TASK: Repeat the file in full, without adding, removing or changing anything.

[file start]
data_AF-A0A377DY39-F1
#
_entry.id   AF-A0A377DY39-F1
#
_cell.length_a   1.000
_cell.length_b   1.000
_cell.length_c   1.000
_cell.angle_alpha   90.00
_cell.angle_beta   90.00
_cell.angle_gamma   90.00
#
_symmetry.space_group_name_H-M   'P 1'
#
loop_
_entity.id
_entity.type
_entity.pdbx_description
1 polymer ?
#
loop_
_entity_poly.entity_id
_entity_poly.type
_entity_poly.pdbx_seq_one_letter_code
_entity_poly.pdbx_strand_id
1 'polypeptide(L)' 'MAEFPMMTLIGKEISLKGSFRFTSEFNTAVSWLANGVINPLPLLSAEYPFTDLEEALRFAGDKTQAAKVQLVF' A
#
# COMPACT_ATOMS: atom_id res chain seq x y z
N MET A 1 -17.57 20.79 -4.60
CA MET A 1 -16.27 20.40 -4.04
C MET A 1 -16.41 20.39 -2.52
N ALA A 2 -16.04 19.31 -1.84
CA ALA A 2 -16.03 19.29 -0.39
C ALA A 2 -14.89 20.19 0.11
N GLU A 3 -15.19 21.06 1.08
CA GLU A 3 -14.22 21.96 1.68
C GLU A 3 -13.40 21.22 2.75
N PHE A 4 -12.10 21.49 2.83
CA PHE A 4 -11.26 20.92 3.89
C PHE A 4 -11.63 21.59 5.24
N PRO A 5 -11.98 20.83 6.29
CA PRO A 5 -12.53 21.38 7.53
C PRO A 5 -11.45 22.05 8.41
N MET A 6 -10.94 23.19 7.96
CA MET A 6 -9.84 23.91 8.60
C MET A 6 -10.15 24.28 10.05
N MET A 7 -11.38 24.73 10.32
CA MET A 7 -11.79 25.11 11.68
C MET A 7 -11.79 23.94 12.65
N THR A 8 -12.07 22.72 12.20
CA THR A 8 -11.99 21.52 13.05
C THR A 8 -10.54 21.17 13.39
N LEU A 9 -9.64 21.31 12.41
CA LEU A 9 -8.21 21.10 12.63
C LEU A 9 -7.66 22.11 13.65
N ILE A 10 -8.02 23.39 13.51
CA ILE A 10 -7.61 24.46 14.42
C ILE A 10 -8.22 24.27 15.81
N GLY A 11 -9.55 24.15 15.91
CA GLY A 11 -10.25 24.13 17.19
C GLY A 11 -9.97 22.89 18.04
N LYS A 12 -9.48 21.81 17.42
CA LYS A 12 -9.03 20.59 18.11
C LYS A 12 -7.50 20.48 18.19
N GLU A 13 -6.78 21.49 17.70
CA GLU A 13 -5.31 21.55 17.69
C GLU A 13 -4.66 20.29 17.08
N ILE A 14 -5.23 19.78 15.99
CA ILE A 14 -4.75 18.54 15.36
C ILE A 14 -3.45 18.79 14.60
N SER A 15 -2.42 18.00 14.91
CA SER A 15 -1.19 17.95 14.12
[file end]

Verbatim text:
data_AF-A0A377DY39-F1
#
_entry.id   AF-A0A377DY39-F1
#
_cell.length_a   1.000
_cell.length_b   1.000
_cell.length_c   1.000
_cell.angle_alpha   90.00
_cell.angle_beta   90.00
_cell.angle_gamma   90.00
#
_symmetry.space_group_name_H-M   'P 1'
#
loop_
_entity.id
_entity.type
_entity.pdbx_description
1 polymer ?
#
loop_
_entity_poly.entity_id
_entity_poly.type
_entity_poly.pdbx_seq_one_letter_code
_entity_poly.pdbx_strand_id
1 'polypeptide(L)' 'MAEFPMMTLIGKEISLKGSFRFTSEFNTAVSWLANGVINPLPLLSAEYPFTDLEEALRFAGDKTQAAKVQLVF' A
#
# COMPACT_ATOMS: atom_id res chain seq x y z
N MET A 1 -17.57 20.79 -4.60
CA MET A 1 -16.27 20.40 -4.04
C MET A 1 -16.41 20.39 -2.52
N ALA A 2 -16.04 19.31 -1.84
CA ALA A 2 -16.03 19.29 -0.39
C ALA A 2 -14.89 20.19 0.11
N GLU A 3 -15.19 21.06 1.08
CA GLU A 3 -14.22 21.96 1.68
C GLU A 3 -13.40 21.22 2.75
N PHE A 4 -12.10 21.49 2.83
CA PHE A 4 -11.26 20.92 3.89
C PHE A 4 -11.63 21.59 5.24
N PRO A 5 -11.98 20.83 6.29
CA PRO A 5 -12.53 21.38 7.53
C PRO A 5 -11.45 22.05 8.41
N MET A 6 -10.94 23.19 7.96
CA MET A 6 -9.84 23.91 8.60
C MET A 6 -10.15 24.28 10.05
N MET A 7 -11.38 24.73 10.32
CA MET A 7 -11.79 25.11 11.68
C MET A 7 -11.79 23.94 12.65
N THR A 8 -12.07 22.72 12.20
CA THR A 8 -11.99 21.52 13.05
C THR A 8 -10.54 21.17 13.39
N LEU A 9 -9.64 21.31 12.41
CA LEU A 9 -8.21 21.10 12.63
C LEU A 9 -7.66 22.11 13.65
N ILE A 10 -8.02 23.39 13.51
CA ILE A 10 -7.61 24.46 14.42
C ILE A 10 -8.22 24.27 15.81
N GLY A 11 -9.55 24.15 15.91
CA GLY A 11 -10.25 24.13 17.19
C GLY A 11 -9.97 22.89 18.04
N LYS A 12 -9.48 21.81 17.42
CA LYS A 12 -9.03 20.59 18.11
C LYS A 12 -7.50 20.48 18.19
N GLU A 13 -6.78 21.49 17.70
CA GLU A 13 -5.31 21.55 17.69
C GLU A 13 -4.66 20.29 17.08
N ILE A 14 -5.23 19.78 15.99
CA ILE A 14 -4.75 18.54 15.36
C ILE A 14 -3.45 18.79 14.60
N SER A 15 -2.42 18.00 14.91
CA SER A 15 -1.19 17.95 14.12